Former Anglo executives sent for trial over €8m loan
McAteer and Whelan served with books of evidence at Dublin District Court
A composite image of Pat Whelan, former director of Anglo Irish Bank (left), and Willie McAteer, former director of finance, who have been sent for trial.
Two former Anglo Irish Bank executives have been sent forward for trial in connection with an alleged fraudulent €8 million loan.
Judge Halpin was told the DPP consents to the two bankers, who are both on €11,000 bail, being returned for trial to the Dublin Circuit Criminal Court. The judge made the order sending them forward for trial and said they must face their next hearing on November 20th, when the case will be listed for mention.
Former finance director Mr McAteer is accused of fraudulently obtaining a loan from Anglo Irish Bank to pay off a personal loan with Bank of Ireland in September 2008.
Mr Whelan (52), former director of lending at Anglo, is accused of being a party to the same loan.
Mr McAteer (63), of Green Rath, Tipperary and Mr Whelan, from Coast Road, Malahide, Co Dublin, have not indicated how they intend to plead and there was no objection to them remaining on bail.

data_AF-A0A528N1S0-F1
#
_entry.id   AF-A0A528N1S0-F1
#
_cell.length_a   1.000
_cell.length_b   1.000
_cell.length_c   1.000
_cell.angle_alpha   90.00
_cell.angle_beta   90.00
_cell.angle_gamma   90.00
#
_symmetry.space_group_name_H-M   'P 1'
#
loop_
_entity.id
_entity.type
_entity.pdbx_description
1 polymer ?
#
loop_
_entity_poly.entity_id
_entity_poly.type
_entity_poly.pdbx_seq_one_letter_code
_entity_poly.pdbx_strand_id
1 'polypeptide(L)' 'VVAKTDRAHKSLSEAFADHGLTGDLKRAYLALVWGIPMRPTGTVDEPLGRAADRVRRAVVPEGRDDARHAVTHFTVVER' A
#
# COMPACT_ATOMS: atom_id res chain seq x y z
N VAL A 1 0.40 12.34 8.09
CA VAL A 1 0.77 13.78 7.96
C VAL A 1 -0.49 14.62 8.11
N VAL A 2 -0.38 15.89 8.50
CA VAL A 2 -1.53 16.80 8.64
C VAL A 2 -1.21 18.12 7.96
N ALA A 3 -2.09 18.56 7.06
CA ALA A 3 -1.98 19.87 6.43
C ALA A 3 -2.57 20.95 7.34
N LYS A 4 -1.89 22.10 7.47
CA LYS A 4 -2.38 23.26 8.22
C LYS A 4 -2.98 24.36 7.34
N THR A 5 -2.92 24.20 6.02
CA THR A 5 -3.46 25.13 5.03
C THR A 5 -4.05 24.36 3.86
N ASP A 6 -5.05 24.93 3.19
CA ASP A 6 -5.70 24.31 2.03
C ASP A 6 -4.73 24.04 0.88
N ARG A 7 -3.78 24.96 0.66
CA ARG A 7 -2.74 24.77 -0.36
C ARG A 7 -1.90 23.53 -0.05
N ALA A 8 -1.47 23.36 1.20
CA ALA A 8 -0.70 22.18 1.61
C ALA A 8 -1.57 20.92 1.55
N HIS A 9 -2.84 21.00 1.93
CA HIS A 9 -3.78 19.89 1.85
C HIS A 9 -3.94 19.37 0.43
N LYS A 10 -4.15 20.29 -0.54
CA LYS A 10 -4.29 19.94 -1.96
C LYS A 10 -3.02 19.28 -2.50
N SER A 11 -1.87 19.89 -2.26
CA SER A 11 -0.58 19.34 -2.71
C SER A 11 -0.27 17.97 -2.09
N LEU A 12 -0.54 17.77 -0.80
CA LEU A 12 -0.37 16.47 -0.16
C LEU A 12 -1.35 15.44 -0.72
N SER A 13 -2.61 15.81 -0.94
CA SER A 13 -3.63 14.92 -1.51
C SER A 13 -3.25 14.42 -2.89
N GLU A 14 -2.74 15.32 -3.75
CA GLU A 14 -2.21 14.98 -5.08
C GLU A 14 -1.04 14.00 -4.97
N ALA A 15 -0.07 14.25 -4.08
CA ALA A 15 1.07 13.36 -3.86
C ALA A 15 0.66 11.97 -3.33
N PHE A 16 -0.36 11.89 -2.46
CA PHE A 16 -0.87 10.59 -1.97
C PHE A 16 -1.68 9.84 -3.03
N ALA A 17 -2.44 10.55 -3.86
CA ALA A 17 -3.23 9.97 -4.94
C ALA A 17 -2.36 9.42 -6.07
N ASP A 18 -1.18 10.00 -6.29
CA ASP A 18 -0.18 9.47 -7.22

They were also given the standard warning that if they intended to use alibis in their defence, they must notify the prosecution within 14 days. Mr McAteer quietly said “yes” when asked if he understood and his co-accused nodded when he was given the same warning.
The two men had been originally charged in August and face one count of breaching the Companies Act in 2008. Neither man who had been arrested by appointment at the Bridewell Garda station made any reply to the charges after caution, the District Court heard in August.
The case had been adjourned until today to allow time for the preparation of a book of evidence.
Bail has been sent in the defendants’ own bonds of €1,000 each and independent sureties of €10,000. No cash lodgements have been required.
They have been told that must notify gardaí within 48 hours of any intention to leave Ireland or the UK. They have to tell gardaí if they intend to change address.